Pakistan’s interior minister claims there are ‘serious security threats’ to 20 political leaders, including PDM President Maulana Fazlur Rehman
Political parties comprising the united opposition’s Pakistan Democratic Movement (PDM) will participate in next year’s Senate elections, Interior Minister Sheikh Rasheed Ahmed predicted on Monday, warning that if they didn’t, the Pakistan Tehreek-e-Insaf would secure a majority that could steamroll any legislation without hindrance.
Talking to media in Islamabad after visiting the National Counter-Terrorism Authority (NACTA) headquarters, he said the PDM’s leadership knew that if they did not have any representation in Parliament, Prime Minister Imran Khan would be able to enact legislation that would close the doors of power to “money-launderers” and “corrupt” forever.
To a question, he said that the Pakistan Peoples Party (PPP)’s decision to approach the Election Commission of Pakistan for by-elections on various vacant seats suggested that they had no desire to resign. “Why would you contest polls just to sit in Parliament for less than a month?” he said, adding this was a clear indication of differences within the opposition ranks. He said it was even possible for the by-polls to be happening at the same time as the opposition’s planned “long march” on Islamabad.
The minister also accused the opposition of putting people’s lives at risk by staging political rallies during the second wave of COVID-19. He said the pandemic was growing more dangerous, and urged an end to any events that risked the virus spreading.
To a question, Ahmed claimed there were “serious threats to life” to 20 politicians, including PDM president and Jamiat Ulema-e-Islam chief Maulana Fazlur Rehman. He said the government had conveyed the severity of the threat to them and urged them to take proper measures for their safety.
He said there were also major threats to China-Pakistan Economic Corridor projects. He said the country’s armed forces, police and other law enforcement agencies had foiled several attempted terrorist attacks, crediting NACTA specifically for averting major attacks, such as the one on the Karachi Stock Exchange earlier this year.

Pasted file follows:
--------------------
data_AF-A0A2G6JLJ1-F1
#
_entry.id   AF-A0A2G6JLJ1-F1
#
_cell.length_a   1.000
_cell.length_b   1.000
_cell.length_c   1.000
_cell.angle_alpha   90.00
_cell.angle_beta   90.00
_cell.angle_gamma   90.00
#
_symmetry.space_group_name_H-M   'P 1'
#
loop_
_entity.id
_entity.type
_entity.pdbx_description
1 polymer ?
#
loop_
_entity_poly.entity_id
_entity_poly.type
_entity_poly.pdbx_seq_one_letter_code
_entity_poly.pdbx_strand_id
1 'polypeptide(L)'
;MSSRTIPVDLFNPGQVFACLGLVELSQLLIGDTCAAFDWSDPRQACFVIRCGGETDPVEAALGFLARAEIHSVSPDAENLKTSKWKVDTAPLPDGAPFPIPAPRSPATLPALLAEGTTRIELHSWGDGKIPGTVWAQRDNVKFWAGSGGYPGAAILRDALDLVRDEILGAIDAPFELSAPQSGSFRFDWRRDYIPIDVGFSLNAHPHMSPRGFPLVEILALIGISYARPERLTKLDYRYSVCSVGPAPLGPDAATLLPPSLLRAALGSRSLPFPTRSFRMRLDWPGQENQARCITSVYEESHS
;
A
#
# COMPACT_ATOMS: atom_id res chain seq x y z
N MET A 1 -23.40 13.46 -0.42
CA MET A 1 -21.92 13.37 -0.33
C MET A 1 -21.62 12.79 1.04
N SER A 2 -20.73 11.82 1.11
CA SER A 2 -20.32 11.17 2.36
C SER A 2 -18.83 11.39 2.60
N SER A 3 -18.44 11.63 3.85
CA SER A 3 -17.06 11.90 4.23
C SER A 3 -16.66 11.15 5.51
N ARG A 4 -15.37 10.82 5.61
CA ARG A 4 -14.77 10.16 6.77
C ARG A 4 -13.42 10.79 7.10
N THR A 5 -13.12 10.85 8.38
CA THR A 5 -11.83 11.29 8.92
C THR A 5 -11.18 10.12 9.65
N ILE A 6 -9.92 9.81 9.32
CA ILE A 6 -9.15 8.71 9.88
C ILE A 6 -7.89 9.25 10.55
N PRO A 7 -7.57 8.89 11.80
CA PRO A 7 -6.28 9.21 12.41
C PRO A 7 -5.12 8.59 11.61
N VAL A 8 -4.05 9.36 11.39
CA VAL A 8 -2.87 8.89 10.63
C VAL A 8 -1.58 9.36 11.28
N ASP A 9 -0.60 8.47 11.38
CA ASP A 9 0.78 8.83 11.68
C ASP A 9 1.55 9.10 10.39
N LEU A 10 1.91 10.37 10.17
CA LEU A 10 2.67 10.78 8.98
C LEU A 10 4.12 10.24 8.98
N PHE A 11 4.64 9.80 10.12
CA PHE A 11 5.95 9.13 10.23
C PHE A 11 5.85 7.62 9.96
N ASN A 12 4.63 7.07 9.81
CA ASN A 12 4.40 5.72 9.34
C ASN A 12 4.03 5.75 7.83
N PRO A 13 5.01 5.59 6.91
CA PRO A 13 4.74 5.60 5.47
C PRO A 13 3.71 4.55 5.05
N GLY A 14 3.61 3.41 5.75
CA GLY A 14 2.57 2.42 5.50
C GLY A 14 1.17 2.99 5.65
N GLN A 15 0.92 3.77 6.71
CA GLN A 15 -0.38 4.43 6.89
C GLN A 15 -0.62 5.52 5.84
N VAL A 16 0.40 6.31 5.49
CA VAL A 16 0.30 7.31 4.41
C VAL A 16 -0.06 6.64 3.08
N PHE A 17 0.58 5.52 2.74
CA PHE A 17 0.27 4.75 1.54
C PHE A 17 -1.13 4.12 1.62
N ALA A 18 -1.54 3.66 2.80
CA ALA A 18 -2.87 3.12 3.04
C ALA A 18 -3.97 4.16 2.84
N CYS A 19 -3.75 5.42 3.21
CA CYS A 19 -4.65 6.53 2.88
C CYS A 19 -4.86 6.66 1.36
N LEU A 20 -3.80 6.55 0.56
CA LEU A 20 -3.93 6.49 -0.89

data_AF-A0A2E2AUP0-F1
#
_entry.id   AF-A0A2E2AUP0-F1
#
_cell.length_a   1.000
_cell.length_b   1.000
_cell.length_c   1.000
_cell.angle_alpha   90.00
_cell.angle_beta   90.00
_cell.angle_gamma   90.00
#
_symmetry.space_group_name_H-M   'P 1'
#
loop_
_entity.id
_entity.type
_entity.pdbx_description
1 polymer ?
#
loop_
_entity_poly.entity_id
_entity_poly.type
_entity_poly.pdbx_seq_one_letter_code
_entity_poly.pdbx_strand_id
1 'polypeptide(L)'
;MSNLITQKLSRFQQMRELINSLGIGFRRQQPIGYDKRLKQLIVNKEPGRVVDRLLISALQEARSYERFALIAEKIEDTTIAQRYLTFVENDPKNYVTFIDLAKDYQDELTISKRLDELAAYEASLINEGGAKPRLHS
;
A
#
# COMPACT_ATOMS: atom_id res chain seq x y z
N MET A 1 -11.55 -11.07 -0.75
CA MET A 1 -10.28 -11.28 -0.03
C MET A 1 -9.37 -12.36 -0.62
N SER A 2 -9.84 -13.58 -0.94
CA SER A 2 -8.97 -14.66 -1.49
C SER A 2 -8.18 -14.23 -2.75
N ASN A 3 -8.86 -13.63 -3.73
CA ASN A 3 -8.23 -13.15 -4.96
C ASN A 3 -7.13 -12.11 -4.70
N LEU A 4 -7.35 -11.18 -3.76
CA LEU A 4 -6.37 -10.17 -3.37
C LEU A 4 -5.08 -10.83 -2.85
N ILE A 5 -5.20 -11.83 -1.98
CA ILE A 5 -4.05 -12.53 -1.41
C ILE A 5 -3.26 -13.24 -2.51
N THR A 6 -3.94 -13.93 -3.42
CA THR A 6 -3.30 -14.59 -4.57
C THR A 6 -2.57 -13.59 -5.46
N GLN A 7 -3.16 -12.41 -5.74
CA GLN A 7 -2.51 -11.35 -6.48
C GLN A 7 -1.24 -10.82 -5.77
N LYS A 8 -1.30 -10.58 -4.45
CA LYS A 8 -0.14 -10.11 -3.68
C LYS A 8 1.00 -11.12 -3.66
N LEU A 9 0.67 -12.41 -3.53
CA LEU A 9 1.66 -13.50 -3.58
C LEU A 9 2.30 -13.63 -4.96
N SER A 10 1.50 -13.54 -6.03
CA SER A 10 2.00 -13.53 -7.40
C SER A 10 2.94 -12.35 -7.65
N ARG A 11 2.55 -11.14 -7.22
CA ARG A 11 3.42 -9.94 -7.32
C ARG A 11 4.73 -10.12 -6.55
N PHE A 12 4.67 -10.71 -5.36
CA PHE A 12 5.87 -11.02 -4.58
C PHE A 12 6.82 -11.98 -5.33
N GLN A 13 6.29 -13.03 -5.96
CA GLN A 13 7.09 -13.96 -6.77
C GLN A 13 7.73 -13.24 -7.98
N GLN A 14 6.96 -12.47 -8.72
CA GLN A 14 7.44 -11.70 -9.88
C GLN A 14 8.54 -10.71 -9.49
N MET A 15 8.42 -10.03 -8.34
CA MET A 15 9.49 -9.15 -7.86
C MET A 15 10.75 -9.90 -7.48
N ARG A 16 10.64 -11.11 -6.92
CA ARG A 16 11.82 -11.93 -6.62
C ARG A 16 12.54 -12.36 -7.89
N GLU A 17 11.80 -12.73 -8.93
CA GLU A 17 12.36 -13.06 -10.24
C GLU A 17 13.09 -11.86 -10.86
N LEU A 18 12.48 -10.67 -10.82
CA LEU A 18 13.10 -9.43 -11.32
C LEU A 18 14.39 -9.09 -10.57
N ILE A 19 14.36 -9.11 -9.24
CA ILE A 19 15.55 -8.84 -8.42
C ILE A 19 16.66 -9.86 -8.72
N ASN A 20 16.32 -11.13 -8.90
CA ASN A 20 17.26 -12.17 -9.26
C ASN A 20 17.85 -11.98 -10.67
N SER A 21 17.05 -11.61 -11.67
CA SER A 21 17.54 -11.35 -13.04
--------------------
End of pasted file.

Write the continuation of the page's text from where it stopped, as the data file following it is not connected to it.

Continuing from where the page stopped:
To a question, he said he would request Prime Minister Imran Khan to allocate more funds for NACTA to improve its functioning. He also praised security agencies, saying there had been a 40 to 50 percent decline in terror-linked killings over the past three years. He said 584 people were killed in terror-related incidents in 2018, against 482 in 2019, and 357 in 2020. This year, he said, only two incidents of suicide attacks had been reported thus far.
According to a statement issued by the Interior Ministry, the minister was briefed on the functioning, organizational structure and mandated role of NACTA during his visit. “The authority is acting as a pivot for coordination and collaboration among different stakeholders, including civilian and non-civilian intelligence agencies,” read the statement, adding that NACTA has helped counter terror financing by leading Pakistan’s FATF response on international forums.
The minister was also informed that a bi-annual policy review on the National Action Plan was being circulated among stakeholders to improve the state’s response in countering terrorism and extremism, adding it had improved the response at provincial and national levels. NACTA’s Outreach Branch, read the statement, has started to engage with youth nationwide through intellectual and creative activities, including competitions.